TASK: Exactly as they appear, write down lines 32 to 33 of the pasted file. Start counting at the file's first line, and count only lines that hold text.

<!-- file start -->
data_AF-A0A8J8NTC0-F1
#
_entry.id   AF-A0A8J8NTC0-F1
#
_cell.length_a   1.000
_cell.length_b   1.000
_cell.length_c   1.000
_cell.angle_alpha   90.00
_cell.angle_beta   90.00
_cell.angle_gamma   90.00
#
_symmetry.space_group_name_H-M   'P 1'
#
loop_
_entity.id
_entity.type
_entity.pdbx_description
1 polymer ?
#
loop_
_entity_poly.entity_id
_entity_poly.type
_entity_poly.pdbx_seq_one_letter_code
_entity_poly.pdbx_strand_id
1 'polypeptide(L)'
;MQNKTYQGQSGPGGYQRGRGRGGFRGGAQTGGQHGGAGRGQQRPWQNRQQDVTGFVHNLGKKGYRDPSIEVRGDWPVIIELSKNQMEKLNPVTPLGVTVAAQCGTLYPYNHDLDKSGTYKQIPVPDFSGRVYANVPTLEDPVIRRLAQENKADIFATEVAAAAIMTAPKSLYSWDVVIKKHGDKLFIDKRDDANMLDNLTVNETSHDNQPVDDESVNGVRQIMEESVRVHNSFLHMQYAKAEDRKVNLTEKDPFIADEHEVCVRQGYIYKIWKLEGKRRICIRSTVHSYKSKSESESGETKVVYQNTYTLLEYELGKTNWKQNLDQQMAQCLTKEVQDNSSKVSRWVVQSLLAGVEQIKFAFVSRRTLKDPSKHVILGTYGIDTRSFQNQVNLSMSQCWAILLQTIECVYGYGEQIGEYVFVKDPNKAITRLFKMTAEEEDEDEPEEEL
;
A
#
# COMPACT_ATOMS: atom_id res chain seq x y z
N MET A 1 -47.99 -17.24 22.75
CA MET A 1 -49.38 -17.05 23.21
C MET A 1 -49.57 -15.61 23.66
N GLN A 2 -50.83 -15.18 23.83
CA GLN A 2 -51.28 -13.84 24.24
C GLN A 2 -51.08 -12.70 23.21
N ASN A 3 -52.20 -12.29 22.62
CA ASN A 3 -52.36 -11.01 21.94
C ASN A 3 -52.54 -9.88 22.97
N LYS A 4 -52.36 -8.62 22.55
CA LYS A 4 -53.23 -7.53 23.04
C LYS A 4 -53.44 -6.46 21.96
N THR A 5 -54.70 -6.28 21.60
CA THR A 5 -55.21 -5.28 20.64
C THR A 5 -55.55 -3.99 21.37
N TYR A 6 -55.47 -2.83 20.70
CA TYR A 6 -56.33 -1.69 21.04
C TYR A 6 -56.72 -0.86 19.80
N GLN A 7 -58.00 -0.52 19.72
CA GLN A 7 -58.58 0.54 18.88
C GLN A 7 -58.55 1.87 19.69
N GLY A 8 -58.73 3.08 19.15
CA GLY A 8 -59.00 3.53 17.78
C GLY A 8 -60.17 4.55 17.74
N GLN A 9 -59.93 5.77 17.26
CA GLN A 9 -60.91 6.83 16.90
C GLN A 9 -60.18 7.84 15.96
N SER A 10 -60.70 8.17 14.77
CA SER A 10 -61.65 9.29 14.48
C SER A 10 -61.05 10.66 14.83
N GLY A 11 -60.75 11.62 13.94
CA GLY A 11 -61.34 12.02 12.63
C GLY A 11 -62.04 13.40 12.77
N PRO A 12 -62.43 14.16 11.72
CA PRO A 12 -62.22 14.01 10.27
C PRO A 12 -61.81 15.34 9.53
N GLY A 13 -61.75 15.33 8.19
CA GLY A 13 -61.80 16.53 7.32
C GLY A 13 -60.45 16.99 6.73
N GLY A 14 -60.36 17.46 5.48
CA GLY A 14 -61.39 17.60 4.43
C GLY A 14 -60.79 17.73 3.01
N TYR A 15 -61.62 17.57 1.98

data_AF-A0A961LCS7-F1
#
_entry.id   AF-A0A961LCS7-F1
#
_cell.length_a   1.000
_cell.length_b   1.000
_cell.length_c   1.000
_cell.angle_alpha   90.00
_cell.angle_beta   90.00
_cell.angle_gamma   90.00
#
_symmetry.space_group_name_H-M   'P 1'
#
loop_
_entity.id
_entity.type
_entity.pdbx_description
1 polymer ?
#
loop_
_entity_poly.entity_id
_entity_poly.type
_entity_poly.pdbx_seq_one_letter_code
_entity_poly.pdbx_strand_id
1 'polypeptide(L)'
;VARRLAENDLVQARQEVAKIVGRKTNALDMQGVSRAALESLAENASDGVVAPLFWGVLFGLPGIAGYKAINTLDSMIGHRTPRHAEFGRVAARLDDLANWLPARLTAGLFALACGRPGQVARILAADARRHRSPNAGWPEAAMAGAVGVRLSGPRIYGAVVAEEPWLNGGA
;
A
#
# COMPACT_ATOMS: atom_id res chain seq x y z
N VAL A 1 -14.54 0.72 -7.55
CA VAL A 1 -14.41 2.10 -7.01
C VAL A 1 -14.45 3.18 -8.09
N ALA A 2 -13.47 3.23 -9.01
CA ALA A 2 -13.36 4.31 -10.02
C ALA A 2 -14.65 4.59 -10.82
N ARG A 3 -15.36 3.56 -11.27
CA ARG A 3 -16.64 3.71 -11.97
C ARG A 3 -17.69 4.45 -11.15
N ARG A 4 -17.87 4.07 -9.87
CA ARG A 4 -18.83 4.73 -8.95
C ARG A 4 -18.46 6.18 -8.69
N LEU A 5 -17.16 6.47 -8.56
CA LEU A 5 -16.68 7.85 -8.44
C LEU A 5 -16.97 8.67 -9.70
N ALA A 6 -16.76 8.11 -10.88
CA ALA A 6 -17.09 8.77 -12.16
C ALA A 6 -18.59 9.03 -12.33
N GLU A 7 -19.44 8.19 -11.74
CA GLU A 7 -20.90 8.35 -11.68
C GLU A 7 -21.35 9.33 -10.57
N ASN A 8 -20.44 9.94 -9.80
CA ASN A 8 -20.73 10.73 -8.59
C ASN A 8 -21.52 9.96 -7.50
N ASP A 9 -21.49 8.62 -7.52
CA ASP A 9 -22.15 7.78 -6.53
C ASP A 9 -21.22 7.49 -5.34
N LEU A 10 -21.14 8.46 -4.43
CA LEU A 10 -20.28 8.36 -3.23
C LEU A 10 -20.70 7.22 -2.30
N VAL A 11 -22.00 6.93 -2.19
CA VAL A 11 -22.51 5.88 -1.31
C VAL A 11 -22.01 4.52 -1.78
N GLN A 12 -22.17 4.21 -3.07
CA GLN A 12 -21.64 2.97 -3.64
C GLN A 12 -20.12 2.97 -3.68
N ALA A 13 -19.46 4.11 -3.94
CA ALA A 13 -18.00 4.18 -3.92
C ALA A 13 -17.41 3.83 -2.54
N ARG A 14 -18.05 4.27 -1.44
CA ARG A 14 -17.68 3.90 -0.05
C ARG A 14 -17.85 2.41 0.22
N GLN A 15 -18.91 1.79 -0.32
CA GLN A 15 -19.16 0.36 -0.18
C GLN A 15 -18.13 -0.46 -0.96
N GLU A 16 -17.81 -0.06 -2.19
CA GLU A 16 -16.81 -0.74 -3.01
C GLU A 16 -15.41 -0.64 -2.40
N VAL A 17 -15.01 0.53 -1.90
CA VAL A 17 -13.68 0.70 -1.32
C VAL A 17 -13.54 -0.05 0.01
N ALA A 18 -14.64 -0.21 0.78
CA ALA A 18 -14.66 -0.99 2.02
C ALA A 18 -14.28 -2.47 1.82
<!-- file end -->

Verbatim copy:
CA MET A 1 -49.38 -17.05 23.21
C MET A 1 -49.57 -15.61 23.66